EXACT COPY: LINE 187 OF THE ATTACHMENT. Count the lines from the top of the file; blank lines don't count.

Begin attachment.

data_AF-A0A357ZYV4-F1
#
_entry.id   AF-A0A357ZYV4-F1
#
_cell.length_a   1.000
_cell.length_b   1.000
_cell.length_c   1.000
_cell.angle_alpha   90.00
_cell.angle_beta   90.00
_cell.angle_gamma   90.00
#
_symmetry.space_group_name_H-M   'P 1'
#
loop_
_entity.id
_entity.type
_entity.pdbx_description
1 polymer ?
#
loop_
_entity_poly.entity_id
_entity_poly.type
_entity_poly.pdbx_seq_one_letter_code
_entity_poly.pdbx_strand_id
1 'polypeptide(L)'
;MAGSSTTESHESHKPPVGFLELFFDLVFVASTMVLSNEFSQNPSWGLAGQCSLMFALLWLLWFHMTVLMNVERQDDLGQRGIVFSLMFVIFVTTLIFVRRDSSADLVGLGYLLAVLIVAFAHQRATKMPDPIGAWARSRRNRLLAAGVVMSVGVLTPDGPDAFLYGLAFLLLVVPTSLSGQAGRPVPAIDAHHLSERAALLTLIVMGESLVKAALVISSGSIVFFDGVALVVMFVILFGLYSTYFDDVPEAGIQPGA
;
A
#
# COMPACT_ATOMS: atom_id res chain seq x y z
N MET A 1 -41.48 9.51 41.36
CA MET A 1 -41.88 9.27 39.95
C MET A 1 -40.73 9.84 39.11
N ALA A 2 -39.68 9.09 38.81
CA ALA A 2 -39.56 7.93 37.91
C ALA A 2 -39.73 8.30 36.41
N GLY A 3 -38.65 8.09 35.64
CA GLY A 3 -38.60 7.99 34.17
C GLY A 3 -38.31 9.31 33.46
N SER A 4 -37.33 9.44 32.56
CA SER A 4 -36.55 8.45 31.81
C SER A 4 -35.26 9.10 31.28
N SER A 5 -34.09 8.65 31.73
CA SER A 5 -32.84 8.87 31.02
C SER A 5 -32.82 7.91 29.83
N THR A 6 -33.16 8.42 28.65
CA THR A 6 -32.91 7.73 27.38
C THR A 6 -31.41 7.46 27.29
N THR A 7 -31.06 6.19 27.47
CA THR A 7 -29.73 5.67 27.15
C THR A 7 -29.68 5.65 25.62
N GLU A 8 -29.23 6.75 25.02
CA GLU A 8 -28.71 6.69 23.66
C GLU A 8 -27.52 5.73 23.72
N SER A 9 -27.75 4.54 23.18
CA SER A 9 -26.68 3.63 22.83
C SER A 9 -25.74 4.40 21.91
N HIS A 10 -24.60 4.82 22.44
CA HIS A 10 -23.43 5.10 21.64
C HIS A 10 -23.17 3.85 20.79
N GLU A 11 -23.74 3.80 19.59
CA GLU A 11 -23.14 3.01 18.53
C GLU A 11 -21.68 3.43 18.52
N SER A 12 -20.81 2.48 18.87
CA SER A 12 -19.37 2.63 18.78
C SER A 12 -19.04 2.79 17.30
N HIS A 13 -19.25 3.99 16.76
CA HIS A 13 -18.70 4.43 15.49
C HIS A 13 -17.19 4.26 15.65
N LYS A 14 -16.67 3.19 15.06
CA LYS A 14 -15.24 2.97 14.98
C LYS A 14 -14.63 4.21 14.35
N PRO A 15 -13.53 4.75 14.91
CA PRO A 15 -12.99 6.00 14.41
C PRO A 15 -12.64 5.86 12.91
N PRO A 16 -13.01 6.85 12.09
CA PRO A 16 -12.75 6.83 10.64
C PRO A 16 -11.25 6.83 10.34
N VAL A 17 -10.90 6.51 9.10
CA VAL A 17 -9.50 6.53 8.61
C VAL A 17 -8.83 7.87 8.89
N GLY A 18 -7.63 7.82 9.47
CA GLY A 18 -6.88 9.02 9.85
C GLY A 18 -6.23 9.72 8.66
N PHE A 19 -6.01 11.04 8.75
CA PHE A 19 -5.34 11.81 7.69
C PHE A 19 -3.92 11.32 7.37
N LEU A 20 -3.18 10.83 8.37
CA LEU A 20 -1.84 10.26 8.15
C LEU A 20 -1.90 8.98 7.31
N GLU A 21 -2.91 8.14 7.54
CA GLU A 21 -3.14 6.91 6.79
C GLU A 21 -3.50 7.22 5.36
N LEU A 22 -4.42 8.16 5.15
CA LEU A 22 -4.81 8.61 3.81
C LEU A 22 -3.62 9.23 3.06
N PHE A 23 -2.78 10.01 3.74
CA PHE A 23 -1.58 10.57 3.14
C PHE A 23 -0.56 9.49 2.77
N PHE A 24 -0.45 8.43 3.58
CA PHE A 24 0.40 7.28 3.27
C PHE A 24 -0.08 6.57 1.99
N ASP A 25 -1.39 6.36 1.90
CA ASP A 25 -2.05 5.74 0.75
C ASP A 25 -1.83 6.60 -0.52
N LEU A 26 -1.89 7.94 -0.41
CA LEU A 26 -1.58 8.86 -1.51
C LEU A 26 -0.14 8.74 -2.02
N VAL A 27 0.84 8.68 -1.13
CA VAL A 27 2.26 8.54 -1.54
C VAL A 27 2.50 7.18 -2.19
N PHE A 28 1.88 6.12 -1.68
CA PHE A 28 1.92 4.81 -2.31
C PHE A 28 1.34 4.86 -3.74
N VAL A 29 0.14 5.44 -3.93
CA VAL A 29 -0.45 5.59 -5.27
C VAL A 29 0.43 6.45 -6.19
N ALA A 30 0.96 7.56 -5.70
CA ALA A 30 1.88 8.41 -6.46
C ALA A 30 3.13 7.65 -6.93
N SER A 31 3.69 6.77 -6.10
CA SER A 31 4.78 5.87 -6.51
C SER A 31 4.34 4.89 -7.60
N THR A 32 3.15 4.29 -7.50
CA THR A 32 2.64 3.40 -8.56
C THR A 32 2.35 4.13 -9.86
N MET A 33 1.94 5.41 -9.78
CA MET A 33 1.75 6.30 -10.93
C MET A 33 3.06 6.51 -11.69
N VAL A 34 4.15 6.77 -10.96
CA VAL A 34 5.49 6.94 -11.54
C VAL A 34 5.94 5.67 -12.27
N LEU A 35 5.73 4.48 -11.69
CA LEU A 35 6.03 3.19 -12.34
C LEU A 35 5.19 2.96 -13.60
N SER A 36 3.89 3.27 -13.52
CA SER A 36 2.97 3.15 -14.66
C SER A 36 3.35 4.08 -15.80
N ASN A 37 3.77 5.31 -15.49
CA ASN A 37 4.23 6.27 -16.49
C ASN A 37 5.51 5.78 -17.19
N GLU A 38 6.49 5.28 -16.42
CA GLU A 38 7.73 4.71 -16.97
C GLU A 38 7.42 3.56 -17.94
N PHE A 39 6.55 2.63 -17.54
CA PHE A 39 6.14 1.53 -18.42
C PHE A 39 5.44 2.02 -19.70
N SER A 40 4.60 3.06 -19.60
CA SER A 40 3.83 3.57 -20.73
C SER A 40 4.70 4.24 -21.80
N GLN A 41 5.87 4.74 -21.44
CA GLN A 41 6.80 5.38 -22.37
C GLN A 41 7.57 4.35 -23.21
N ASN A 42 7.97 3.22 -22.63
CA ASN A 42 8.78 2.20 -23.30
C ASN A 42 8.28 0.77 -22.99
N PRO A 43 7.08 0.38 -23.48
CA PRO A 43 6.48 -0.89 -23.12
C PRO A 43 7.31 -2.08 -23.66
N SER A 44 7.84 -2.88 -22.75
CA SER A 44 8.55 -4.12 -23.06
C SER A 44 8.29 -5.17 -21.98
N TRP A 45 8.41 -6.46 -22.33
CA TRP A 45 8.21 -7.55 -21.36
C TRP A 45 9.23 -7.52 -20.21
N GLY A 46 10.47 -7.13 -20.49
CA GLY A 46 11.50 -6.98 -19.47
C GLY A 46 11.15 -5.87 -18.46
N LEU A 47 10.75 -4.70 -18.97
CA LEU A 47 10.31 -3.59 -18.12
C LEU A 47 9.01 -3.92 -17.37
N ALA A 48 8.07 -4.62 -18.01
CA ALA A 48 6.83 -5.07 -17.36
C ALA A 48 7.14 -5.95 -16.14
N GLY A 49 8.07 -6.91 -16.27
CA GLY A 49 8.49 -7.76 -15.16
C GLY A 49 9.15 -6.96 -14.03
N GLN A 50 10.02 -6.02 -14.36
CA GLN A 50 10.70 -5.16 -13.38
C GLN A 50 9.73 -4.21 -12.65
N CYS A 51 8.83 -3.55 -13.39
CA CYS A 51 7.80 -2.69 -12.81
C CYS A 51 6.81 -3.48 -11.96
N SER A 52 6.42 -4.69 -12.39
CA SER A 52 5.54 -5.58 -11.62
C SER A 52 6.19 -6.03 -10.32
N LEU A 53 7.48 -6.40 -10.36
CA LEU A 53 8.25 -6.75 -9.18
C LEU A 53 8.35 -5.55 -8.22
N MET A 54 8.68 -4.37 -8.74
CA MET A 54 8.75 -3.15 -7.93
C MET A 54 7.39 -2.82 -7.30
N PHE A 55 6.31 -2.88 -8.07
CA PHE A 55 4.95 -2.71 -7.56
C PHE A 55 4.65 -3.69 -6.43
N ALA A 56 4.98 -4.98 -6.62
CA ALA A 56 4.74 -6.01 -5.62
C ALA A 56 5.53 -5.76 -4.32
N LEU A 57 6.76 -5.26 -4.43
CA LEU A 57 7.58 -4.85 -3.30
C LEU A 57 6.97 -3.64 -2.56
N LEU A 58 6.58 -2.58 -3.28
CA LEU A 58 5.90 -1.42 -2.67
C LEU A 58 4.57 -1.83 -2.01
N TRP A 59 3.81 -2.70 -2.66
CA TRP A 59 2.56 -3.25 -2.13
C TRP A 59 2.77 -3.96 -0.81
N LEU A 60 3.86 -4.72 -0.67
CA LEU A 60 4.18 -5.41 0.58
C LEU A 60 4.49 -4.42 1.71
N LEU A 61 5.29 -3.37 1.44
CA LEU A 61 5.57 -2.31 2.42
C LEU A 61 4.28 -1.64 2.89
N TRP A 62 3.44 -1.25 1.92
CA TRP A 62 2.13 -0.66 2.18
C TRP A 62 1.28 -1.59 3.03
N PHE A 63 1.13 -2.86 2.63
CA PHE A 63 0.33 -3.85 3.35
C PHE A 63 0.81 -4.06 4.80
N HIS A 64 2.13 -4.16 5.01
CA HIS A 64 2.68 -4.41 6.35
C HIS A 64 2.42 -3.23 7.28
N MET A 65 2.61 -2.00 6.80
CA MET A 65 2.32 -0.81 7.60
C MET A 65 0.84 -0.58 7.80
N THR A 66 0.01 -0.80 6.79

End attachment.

N LEU A 53 7.48 -6.40 -10.36